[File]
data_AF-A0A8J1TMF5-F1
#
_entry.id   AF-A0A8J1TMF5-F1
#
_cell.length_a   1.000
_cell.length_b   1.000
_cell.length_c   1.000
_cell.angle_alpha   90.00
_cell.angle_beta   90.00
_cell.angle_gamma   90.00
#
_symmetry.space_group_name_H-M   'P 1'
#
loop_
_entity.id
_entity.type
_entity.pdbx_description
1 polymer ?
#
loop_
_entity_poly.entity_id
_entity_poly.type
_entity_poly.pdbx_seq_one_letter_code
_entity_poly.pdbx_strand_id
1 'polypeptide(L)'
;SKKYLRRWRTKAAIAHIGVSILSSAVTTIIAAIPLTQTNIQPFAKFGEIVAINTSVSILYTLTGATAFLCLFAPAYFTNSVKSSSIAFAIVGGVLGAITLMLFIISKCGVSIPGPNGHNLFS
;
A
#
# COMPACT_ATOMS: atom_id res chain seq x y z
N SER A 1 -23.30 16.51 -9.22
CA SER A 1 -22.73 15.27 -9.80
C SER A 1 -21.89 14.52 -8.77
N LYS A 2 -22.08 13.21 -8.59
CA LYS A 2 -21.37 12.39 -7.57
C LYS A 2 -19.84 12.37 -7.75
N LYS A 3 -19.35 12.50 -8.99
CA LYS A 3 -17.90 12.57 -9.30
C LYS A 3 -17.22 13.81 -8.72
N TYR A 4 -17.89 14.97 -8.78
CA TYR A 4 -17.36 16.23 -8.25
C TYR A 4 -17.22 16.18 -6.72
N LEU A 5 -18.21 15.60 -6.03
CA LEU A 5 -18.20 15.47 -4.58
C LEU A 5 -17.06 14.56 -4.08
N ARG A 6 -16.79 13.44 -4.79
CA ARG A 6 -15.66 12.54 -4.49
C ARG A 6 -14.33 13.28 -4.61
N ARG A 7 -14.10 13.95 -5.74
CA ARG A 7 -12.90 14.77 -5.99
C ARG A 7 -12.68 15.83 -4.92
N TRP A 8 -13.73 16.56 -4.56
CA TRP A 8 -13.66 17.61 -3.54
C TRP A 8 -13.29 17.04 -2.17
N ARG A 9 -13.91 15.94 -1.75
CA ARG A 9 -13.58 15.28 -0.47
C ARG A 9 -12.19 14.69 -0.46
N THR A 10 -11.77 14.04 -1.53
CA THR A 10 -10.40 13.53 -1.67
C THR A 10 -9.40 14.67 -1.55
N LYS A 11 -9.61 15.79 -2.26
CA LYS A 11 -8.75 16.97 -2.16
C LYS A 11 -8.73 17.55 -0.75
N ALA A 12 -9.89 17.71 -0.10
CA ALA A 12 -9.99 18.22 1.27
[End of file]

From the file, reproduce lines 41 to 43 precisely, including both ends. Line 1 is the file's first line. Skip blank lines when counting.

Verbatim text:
CA TYR A 4 -17.36 16.23 -8.25
C TYR A 4 -17.22 16.18 -6.72
N LEU A 5 -18.21 15.60 -6.03